You also might run into books like The Name of the Rose, where the author actually does tell you what is going to happen. Which is SUPER helpful when the book is extremely complicated and hard to read. I probably would have had absolutely no idea what was going on without those chapter headings!




I never used to pay attention to stuff like that, but, as part of my “educate myself” project, I’m learning that Chapter Headings actually do matter, and there IS a reason for them. Authors really do have points to things they do. Go figure!

Bird Box

I received an invite to a new Goodreads Bookclub called BookClubFiction the other day. Because I can’t refuse a request like that of course I had to pick up September’s book…even if I only had a few days before the end of the time period! After finishing The Name of the Rose…that left, well, today. No big deal, right?

Hubby has spent the afternoon flipping through college football, and we’ve been completely lazy all day long. Perfect for a little speed reading.


And Bird Box was a great book to do in a day. This is a very M. Night Shyamalan kind of book. Think The Village or The Happening. Something is out there, causing people to kill themselves….but no one knows what it is. The book refers to them as “creatures,” but pretty much people are going insane after they see…things.

I devoured this book by Josh Malerman. It’s very post-apocalyptic, and so so creepy. I love these dystopian-type books that are almost zombie-like, except the monster is an unnamed enemy. They are chilling, because we don’t really know what is going to end our society, we just know that eventually, something is going to end it. It’s the same feeling I had after reading Not a Drop to Drink, and watching The Last Ship.

This is an adult dystopian. There’s no weird love triangle, and it’s very very bloody. They also describe childbirth in all it’s gory wonderfulness, so just be prepared for that. Also, as I stated before, people kill themselves, and there are descriptions on how they do so.

Towards the end, I thought this was ramping up for a sequel, and I wouldn’t be surprised if one was written, but there’s not a huge cliffhanger at the end. Malerman did wrap it up pretty cleanly. I would like to see what happens next and would definitely read a second book if there was one. I’m not sure I would want to see a movie on this–I think it would end up being too much of a slasher instead of the psychological thriller that the book is.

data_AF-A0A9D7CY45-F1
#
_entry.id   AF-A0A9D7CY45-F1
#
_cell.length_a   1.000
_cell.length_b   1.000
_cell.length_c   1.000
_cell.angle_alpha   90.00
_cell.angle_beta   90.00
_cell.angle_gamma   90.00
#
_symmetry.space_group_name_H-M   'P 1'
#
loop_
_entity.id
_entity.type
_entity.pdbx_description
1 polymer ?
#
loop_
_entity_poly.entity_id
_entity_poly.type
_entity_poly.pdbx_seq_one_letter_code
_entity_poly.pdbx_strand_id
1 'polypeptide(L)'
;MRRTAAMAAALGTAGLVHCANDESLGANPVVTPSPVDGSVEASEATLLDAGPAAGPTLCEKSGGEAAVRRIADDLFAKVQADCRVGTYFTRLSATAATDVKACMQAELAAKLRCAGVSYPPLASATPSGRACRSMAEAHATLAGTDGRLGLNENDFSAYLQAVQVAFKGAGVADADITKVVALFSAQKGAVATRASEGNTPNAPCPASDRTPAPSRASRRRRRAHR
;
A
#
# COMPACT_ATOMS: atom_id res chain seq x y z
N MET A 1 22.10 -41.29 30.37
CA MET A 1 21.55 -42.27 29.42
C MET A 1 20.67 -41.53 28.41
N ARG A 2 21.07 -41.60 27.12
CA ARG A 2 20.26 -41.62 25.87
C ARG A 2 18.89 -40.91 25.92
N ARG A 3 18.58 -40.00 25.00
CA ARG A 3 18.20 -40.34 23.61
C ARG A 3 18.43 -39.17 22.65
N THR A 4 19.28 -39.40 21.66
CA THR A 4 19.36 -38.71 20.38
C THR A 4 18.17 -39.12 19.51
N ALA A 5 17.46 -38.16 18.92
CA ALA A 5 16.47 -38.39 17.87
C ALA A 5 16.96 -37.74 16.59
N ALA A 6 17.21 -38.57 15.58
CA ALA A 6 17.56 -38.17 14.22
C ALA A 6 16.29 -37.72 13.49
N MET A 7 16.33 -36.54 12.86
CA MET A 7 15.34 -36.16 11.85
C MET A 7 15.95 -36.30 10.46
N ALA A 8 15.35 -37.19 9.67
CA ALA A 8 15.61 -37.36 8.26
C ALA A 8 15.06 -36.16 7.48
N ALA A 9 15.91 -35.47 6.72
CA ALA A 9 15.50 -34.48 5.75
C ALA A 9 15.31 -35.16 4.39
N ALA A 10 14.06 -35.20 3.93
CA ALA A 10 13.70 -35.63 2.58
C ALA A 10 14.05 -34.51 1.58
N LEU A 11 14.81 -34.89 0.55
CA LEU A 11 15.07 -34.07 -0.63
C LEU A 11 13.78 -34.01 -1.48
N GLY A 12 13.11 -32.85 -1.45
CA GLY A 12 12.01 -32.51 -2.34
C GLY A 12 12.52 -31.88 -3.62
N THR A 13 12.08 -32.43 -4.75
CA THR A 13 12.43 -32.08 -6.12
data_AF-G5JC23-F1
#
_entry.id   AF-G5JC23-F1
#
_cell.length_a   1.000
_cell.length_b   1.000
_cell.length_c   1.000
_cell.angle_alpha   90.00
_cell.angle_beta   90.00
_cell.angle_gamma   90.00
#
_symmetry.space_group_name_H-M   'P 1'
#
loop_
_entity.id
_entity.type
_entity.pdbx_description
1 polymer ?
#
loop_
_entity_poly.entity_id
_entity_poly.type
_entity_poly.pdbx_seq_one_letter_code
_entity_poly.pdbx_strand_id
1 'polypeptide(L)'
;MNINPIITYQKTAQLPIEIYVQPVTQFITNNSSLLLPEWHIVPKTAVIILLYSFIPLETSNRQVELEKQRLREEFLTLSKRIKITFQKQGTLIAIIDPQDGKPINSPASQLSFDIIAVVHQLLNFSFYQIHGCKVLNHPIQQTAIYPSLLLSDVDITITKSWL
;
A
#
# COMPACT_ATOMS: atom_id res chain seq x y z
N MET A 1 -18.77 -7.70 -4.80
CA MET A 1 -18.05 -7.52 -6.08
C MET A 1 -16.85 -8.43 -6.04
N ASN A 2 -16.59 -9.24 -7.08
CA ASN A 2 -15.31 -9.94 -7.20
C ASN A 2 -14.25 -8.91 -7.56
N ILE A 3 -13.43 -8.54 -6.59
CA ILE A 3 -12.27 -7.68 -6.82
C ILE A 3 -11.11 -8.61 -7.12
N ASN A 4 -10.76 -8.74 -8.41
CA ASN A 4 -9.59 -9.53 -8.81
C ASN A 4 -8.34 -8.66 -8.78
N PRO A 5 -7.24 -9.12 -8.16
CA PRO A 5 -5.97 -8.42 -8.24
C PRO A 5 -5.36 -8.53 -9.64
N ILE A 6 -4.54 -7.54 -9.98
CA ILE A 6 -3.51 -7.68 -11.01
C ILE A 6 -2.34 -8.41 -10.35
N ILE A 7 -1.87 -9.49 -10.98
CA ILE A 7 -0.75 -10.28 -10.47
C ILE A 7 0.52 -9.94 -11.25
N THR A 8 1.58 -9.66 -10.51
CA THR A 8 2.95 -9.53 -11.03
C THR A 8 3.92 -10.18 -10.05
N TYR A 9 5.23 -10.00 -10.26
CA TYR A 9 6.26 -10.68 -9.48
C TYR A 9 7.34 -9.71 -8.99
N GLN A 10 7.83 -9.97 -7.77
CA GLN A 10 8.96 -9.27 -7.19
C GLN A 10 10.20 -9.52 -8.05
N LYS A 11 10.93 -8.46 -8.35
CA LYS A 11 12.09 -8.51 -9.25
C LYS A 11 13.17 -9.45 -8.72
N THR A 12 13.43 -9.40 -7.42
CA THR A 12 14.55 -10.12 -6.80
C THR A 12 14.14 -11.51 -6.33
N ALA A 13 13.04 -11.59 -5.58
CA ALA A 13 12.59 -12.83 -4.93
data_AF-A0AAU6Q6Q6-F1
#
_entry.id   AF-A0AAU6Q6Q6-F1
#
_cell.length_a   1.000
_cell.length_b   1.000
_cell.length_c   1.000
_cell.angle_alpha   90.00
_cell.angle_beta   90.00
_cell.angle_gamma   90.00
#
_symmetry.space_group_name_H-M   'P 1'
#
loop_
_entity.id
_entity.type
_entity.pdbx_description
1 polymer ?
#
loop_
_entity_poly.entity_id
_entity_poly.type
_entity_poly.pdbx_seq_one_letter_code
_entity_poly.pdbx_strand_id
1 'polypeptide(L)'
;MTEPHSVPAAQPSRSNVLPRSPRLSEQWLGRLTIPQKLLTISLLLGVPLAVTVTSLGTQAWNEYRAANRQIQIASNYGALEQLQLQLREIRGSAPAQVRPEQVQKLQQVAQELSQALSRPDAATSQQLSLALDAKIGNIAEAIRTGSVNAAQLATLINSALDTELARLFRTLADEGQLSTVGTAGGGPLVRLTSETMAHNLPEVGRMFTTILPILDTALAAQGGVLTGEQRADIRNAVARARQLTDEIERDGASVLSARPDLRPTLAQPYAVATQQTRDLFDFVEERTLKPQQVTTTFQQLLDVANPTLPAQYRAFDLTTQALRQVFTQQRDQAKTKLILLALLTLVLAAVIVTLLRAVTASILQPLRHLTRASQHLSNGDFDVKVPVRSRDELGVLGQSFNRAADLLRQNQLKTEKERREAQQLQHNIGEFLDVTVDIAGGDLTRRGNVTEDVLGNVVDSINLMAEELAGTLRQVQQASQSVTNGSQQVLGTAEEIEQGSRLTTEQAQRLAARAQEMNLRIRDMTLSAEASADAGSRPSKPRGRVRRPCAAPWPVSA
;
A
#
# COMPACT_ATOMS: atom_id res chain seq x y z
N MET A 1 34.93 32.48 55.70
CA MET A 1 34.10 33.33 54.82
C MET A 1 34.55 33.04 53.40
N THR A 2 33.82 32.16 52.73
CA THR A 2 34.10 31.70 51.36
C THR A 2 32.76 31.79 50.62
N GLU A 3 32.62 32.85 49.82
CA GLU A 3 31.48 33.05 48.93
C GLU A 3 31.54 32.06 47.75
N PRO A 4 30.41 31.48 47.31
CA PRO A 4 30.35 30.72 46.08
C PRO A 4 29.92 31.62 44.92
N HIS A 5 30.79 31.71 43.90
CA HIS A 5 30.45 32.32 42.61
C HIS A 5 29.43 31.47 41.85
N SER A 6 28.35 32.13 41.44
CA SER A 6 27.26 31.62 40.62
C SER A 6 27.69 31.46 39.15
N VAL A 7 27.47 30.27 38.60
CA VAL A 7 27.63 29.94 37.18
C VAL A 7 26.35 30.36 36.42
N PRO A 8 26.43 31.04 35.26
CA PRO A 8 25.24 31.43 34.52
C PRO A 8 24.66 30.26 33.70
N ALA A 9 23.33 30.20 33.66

Check this out if you are a Stephen King fan, or if you liked Mindy McGinnis. You’ll appreciate this one too!

This Gives Me Feels

I know I know. This post is supposed to be about books that make you cry, like The Fault in our Stars. But when have I ever done a post correctly?

Or, even read a book “correctly”…

It always infuriates me when people use that quote, “Whatever our souls are made of, his and mine are the same.” Generally, it’s used in a mushy, lovestruck way. You see it on pretty, flowery Pinterest posters all the time.

Taken out of context, sure it sounds lovely.


But, contrary to everyone’s believe, Wuthering Heights is NOT a lovely book. It’s NOT a romance novel from long ago. Quite the opposite really.

Catherine and Heathcliff were terrible people. They lived to tear everyone in their world apart. The feels I feel for this book? Anger, obviously. Hatred, yes. Despair, certainly.

And yet, I want to read it again. Because that’s the point of literature. To make you feel something so strongly, that even if it’s a horrible feeling…you must feel it again, just to understand it. You must have it make sense.

And Wuthering Heights does not make sense to me yet.

WWW Wednesday 9/24/2014



What are you currently reading?

The Name of the Rose by Umberto Eco



What did you just finish reading?

A Man Called Ove by Fredrik Backman

Harry Potter and the Goblet of Fire by JK Rowling

Middlesex by Jeffrey Eugenides



What do you think you’ll read next?

No Goodbye by Georgie Marie